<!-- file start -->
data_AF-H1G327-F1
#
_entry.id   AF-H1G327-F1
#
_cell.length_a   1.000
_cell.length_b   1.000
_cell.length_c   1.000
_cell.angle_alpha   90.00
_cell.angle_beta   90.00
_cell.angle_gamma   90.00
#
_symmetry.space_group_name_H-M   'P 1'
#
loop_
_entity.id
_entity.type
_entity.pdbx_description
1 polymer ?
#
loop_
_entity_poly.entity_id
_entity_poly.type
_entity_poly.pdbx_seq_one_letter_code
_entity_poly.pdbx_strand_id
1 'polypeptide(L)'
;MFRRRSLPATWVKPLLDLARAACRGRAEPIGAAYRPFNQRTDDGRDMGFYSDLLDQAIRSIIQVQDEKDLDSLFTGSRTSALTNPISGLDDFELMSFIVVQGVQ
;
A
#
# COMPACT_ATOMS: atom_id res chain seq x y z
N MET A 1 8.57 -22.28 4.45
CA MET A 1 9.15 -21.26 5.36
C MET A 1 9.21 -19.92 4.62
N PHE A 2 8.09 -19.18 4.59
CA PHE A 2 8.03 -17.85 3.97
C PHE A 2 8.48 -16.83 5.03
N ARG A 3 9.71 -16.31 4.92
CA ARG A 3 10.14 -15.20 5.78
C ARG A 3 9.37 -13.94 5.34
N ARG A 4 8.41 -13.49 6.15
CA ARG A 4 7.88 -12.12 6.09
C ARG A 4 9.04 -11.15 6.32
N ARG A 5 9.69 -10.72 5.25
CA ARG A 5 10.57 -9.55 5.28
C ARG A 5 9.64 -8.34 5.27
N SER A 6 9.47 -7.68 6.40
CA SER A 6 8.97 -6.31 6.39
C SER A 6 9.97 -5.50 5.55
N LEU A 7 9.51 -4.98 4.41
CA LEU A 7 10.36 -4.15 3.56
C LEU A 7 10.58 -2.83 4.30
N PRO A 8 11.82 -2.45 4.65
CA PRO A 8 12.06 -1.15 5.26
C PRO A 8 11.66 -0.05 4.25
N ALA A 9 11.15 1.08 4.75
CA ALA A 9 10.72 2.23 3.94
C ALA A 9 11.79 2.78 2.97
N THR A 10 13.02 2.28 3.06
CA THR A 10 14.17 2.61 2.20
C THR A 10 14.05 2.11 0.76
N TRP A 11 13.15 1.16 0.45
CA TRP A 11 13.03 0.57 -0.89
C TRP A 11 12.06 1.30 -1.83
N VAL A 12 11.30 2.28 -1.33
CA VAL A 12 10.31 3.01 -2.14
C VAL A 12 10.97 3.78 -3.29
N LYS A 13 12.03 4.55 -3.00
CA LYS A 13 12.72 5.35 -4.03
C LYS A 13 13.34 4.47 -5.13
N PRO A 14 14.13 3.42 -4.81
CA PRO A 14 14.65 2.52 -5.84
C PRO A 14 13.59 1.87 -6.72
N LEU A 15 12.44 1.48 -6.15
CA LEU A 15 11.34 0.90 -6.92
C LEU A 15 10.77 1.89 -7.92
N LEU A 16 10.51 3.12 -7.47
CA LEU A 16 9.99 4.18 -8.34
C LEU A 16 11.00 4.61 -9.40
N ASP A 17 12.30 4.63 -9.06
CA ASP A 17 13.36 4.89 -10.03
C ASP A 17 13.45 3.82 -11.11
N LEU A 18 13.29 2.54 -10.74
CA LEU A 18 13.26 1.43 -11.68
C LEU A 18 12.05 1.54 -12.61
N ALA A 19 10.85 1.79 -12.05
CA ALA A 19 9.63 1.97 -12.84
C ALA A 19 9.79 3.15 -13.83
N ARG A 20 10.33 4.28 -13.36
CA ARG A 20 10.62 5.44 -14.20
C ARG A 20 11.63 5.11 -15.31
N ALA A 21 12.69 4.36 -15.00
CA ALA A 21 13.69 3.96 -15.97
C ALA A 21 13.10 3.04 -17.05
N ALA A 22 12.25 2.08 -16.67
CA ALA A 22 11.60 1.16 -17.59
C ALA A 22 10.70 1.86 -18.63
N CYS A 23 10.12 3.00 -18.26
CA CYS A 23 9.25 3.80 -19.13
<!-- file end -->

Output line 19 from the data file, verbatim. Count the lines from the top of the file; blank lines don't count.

#